One of the benefits of filing for Chapter 13 bankruptcy in Pennsylvania is that certain debts can be wiped out. This can provide much-needed relief to debtors struggling to make ends meet. But, not all debts can be discharged; the debtor must repay them regardless of their circumstances.
Bankruptcy courts have determined that some debts are so important to society or the debtee that they cannot be discharged. For example, no matter how difficult things are, your child would still need to eat, go to school and have something to wear, so the court cannot dismiss child support payments. Other examples of nondischargeable debts in Chapter 13 bankruptcy include:
- Student loans
- Taxes owed to state or federal government
- Fines and penalties imposed by government agencies
- Most criminal restitution orders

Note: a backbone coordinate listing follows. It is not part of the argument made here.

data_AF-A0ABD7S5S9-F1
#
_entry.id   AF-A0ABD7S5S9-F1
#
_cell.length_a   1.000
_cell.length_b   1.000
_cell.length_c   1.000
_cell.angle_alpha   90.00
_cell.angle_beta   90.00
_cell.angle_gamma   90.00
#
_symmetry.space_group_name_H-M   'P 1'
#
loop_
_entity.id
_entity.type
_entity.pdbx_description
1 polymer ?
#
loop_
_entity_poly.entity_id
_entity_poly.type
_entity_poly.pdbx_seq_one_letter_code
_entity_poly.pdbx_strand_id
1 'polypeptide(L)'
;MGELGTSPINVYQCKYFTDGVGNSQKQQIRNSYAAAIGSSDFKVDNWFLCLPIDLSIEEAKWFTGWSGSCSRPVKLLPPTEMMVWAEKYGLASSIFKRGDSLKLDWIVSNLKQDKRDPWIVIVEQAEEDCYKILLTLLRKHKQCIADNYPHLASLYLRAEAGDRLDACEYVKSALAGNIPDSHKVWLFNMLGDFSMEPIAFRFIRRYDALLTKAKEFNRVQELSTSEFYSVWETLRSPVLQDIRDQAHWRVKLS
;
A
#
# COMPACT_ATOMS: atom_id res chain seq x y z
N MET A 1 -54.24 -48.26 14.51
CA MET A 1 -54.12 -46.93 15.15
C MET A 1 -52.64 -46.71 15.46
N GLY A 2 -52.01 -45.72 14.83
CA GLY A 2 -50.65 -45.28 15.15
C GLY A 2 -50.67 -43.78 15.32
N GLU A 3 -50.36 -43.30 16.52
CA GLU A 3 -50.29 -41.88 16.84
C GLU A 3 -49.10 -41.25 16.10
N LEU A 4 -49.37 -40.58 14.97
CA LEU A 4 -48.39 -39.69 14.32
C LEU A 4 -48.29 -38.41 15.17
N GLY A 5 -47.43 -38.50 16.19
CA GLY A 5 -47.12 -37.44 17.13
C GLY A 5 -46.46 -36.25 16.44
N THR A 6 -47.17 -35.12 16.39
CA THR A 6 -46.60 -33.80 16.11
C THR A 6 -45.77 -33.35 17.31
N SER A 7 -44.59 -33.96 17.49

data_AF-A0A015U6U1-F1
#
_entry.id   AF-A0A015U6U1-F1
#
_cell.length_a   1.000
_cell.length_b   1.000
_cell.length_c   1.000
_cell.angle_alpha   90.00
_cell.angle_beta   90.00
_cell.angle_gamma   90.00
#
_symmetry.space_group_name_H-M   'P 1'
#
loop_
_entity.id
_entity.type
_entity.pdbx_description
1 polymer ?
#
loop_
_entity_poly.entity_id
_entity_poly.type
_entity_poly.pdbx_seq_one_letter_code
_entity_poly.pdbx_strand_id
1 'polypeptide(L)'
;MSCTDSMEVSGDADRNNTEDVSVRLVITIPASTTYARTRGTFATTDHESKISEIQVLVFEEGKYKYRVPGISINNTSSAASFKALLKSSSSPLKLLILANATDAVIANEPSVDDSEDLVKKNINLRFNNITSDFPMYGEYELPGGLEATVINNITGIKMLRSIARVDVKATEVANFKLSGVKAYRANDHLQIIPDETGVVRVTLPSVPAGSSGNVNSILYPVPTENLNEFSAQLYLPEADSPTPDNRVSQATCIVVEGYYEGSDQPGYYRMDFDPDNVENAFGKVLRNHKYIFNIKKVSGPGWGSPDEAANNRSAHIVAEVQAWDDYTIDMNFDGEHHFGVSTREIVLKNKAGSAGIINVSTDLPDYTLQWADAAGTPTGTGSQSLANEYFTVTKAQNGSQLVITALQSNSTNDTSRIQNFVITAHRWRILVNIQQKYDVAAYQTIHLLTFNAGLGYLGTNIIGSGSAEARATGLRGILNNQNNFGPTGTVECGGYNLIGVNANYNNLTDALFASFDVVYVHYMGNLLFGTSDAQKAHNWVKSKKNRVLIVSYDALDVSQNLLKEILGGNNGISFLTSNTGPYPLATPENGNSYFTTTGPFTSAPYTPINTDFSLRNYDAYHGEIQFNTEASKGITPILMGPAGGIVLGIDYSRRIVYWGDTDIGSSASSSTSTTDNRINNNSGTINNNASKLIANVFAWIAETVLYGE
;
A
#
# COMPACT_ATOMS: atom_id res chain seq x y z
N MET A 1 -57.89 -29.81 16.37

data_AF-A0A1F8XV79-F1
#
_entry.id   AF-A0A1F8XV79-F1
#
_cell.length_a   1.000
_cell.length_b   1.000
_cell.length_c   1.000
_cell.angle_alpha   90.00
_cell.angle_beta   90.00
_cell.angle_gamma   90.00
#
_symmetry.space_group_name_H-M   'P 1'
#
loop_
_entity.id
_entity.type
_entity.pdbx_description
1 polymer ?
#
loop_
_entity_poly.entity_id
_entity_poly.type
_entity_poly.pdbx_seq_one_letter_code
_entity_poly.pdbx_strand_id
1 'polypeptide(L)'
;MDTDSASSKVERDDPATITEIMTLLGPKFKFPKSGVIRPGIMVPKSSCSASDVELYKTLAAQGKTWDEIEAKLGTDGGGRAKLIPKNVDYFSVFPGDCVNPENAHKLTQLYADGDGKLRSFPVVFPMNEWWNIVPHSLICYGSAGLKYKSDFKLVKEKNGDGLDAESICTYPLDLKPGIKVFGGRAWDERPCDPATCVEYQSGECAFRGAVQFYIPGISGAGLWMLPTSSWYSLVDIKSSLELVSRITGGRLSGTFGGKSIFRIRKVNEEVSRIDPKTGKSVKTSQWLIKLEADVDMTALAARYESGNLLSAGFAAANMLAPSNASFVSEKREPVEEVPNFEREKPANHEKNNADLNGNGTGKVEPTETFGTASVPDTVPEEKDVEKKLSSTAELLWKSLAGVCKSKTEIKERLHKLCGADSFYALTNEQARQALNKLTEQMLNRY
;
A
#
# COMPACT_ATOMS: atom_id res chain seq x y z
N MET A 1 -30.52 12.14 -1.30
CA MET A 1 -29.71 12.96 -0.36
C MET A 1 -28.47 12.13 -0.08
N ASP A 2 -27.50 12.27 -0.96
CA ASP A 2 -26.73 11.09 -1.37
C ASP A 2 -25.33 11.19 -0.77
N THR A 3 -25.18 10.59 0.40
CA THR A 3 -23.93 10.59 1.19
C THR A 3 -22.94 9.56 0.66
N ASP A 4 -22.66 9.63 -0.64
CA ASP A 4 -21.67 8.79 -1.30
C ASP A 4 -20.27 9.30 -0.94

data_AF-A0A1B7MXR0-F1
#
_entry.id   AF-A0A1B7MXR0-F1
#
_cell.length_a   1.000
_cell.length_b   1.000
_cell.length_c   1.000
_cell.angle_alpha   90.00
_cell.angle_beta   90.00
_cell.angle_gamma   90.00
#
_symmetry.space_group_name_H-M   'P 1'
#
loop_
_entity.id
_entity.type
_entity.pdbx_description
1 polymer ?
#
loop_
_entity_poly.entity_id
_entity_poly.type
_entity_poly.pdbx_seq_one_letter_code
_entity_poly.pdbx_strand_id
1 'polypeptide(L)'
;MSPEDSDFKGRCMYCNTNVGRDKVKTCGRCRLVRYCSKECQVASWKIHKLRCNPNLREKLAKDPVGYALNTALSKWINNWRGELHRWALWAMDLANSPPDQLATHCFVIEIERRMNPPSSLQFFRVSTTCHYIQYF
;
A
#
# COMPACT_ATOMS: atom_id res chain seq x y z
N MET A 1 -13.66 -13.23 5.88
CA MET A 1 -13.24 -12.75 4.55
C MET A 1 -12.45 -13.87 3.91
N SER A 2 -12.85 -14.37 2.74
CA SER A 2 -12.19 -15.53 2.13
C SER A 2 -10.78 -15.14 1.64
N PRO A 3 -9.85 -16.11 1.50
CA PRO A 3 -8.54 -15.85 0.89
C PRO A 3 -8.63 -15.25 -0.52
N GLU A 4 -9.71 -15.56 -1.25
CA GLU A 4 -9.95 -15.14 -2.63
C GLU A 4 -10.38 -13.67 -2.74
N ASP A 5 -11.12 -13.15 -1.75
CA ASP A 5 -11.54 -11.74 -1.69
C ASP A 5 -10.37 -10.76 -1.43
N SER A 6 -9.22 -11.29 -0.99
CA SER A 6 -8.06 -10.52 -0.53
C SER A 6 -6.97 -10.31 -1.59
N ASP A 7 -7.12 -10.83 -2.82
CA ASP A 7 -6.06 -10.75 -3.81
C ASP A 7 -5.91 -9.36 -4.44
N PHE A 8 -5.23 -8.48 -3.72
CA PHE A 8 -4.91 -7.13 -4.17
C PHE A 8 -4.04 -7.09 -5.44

Further, if you took out a loan and used collateral to secure it, you cannot have that debt discharged unless you surrender the collateral. So, if you filed for Chapter 13 bankruptcy but kept your car, you would still be responsible for any auto loans used to purchase the vehicle.
Debts you can discharge in Chapter 13
When you stick to your repayment plan and satisfy the terms of your bankruptcy, the court can forgive some of your debts. Although the law doesn’t explain which ones exactly these are, most commonly wiped out debts include:
- Credit card balances
- Debts incurred when paying a nondischargeable tax debt
- Emotional distress damages that are not considered “physical injuries” or “sickness”
- Deficiencies from a repossessed vehicle or foreclosed home
- Certain kinds of business debts
Just because some of your debts are not dischargeable in Chapter 13 bankruptcy does not mean that filing is not right for you. In fact, many people who file for Chapter 13 do so precisely because they have nondischargeable debt they need help managing.